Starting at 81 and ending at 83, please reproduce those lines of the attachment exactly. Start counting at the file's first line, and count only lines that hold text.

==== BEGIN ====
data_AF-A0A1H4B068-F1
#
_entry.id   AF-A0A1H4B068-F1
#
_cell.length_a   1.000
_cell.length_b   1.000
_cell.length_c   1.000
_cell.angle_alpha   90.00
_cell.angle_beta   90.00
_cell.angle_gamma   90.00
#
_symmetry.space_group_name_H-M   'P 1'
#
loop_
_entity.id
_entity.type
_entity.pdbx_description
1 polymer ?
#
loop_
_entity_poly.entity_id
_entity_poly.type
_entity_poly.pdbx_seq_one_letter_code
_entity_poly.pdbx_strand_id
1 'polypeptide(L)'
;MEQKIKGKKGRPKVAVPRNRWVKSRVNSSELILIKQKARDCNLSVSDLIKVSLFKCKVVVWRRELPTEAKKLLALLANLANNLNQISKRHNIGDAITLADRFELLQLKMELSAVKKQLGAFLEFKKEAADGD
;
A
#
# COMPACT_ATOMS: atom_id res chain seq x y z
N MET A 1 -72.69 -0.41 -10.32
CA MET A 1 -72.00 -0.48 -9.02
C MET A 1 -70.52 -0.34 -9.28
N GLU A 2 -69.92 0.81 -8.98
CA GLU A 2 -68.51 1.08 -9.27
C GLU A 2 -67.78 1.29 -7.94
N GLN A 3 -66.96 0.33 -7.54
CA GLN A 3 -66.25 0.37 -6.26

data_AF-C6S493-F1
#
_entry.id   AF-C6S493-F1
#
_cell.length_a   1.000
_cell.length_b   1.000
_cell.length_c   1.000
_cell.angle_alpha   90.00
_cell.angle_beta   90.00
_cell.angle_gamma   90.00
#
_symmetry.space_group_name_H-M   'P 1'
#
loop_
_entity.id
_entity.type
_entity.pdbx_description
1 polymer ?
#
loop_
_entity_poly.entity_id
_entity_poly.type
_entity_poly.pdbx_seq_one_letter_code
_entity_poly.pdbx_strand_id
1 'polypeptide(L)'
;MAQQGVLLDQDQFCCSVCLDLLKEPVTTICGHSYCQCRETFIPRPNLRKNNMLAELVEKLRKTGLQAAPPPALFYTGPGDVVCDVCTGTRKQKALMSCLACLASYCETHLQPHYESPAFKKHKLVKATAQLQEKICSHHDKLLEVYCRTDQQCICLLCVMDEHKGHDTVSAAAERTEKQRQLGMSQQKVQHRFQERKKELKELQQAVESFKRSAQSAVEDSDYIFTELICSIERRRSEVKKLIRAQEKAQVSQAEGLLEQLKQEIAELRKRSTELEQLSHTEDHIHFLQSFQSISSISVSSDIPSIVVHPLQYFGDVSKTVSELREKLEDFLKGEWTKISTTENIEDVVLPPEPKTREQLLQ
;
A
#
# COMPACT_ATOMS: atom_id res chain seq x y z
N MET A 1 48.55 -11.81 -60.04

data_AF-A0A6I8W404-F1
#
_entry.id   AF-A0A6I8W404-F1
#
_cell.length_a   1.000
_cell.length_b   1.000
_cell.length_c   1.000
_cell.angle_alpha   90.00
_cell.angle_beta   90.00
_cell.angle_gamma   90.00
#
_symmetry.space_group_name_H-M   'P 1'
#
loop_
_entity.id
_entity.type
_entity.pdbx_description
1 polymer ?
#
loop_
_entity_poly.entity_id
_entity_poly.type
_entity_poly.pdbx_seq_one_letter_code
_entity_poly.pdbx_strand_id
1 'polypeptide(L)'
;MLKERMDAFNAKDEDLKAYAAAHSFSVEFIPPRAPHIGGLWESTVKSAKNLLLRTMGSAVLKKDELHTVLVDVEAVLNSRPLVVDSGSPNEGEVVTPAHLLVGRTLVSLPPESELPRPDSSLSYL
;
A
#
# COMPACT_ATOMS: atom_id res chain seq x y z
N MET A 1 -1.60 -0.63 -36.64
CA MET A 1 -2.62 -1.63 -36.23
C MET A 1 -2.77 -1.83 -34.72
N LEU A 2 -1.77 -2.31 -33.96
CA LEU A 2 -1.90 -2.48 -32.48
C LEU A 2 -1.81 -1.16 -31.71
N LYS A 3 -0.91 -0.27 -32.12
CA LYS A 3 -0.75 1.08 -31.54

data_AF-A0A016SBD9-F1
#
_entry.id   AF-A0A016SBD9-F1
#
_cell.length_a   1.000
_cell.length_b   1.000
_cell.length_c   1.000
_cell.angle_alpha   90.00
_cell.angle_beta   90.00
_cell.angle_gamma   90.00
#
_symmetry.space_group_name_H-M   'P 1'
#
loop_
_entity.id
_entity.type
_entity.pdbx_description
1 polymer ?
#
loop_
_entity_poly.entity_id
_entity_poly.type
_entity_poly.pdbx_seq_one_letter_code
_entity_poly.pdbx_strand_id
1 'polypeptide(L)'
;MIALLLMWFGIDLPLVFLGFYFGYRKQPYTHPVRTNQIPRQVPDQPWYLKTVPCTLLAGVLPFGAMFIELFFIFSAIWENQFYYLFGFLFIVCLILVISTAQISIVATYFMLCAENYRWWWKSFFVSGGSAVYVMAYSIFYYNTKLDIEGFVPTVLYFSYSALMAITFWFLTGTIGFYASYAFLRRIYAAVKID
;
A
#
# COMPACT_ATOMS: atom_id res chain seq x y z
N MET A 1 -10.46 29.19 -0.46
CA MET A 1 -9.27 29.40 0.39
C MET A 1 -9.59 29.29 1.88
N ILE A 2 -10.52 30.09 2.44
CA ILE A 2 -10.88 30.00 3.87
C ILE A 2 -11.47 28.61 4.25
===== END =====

_symmetry.space_group_name_H-M   'P 1'
#
loop_